GM LED Lighting Retrofit Saves Over $300,000 Annually

In addition to reducing energy consumption, replacing linear fluorescent lighting with tubular LED created a safer work environment at the auto maker’s Lake Orion, MI plant.

By Greg Schmalz

General Motors Orion Assembly plant is a 4.7 million square foot building structure located in Lake Orion, MI, about 30 miles north of Detroit. The facility was built in 1983 and is where the Chevrolet Sonic and the Chevrolet Bolt EV are assembled.

GM LED lighting retrofit
Photo: General Motors

More than five million vehicles have been built at the Orion plant, which holds the distinction of becoming the first GM facility to receive the Clean Corporate Citizen designation by the state. In addition, it received a U.S. Environmental Protection Agency’s Green Power Leadership Award for 2016, which recognizes the country’s leading green power users for their commitment and contribution to helping advance the development of the nation’s voluntary green power market.

As Energy Optimization Leader, Edward Fish is responsible for driving and supporting corporate energy conservation initiatives in GM’s manufacturing and non-manufacturing facilities. With linear fluorescent lamps from various manufacturers approaching end of life, Fish and his team performed an extensive evaluation of various tubular LED (TLED) product manufacturers. The company executed a technical review, followed by an on-site product evaluation to assess performance. When all was said and done, Fish selected Starco Lighting of Buffalo, NY after competitive bidding of qualified products.

“The business case for the corporate energy conservation project was based on engineering calculations, which demonstrated a simple two-year payback from energy savings,” Fish stated.

GM LED lighting retrofit
Photo: General Motors

Starco’s extensive line of 2, 3, 4 and 8-foot product lengths and wattages ranging from 9W in a 2-foot tube to 36W in an 8-foot tube was first tested in April 2015 at the GM Components Holdings facility in Grand Rapids, MI.

DES Electrical Services of Detroit was brought in to perform the retrofit. Gaining access to some areas without impacting production required good communication, planning, and coordination with tech support teams, specifically above the robotic welding cells in the body shop.

Work began in September 2015, was done in various phases and was completed in November 2016. Ceiling heights ranged from about 12 feet in office areas to approximately 24 feet in manufacturing areas. The retrofitting of the light fixtures was accomplished mostly during non-production hours, but some work was done during normal business hours. The plant has only one work shift from 6:30 a.m. to 3:30 p.m.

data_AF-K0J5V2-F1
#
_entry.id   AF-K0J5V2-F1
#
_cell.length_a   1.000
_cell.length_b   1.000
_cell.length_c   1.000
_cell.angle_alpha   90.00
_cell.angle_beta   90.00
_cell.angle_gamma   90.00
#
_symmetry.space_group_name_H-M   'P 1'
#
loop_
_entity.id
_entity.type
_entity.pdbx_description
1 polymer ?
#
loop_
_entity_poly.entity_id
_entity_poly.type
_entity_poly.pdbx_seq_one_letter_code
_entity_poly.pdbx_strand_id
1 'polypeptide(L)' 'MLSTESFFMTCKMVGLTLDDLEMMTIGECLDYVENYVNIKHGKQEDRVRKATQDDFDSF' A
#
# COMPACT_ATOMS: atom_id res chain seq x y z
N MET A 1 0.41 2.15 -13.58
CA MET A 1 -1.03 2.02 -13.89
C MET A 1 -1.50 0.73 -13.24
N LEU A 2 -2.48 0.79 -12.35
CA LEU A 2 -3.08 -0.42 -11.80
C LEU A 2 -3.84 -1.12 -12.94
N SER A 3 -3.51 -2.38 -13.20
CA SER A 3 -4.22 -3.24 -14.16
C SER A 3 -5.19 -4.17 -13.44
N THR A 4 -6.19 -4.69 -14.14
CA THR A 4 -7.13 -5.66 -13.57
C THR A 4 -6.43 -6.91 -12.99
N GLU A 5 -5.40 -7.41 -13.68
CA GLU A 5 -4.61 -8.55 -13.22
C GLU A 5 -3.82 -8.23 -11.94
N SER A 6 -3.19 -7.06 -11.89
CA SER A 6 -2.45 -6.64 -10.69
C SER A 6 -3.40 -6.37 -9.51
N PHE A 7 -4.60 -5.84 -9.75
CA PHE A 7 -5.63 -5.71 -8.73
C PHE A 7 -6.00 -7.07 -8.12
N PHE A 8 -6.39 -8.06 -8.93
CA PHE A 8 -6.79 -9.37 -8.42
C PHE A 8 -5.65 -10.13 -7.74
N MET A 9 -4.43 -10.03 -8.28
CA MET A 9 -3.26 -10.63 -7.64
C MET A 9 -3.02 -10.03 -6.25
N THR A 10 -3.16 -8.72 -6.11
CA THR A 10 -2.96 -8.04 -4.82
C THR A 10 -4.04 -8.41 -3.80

“We upgraded areas from linear fluorescent to tubular LED in the body shop and throughout general assembly, material storage, kitting, paint shop, final assembly, trim shop, maintenance areas and administration building office areas,” Fish explained.

Contactors on the energy management system serve as master controls for large banks of lighting fixtures throughout the plant. Some areas use occupancy sensors on individual fixtures for improved control, which provide additional energy savings.

GM LED lighting retrofit
Photo: General Motors

Starco lamps were installed in retrofitted TCP Elite 6 lamp fixtures in the manufacturing space. Starco lamps were also fitted to 2-lamp open task line lights used for line lighting. Office lighting retrofitting was accomplished in 2’x 2’ and 2’x 4’ troffers.

The only issue with the project was employee feedback that 18W lamps initially installed in the office areas were too bright. These areas were re-lamped with 15W lamps to achieve more desirable light levels.

Overall, light levels with the LED lamps were consistent with linear fluorescent. Later phases of the project used an improved technology Starco lamp with increased lumen output and higher efficacy. This increased initial light levels from 29 foot-candles to 34 foot-candles and assured that lighting intensities remain adequate even at the end of the lamp’s life. The increased light levels from initial provided a safer work environment.

“The Starco lamp results in a 40 percent reduction in energy consumption in manufacturing spaces, and a 54 percent reduction in office areas,” Fish said. “We expect to save just over $300,000 annually in energy and maintenance costs from this lighting change.”

Employee feedback has been positive. They liked the 5000K color temp lamps, which allowed them to better see part number labels in the material storage areas. And Fish says that “employees also mentioned they liked that GM was using LED technology to save energy, reduce cost, and help protect the environment.”

The 5000K lamps were installed in the production area while 4000K lamps were used to retrofit the office areas and assembly line lighting.

Starco has retrofitted 17 General Motors plants in the U.S. and Canada since June 2015, and the company has awarded Starco another Blanket Order contract for Tubular LED Lamps.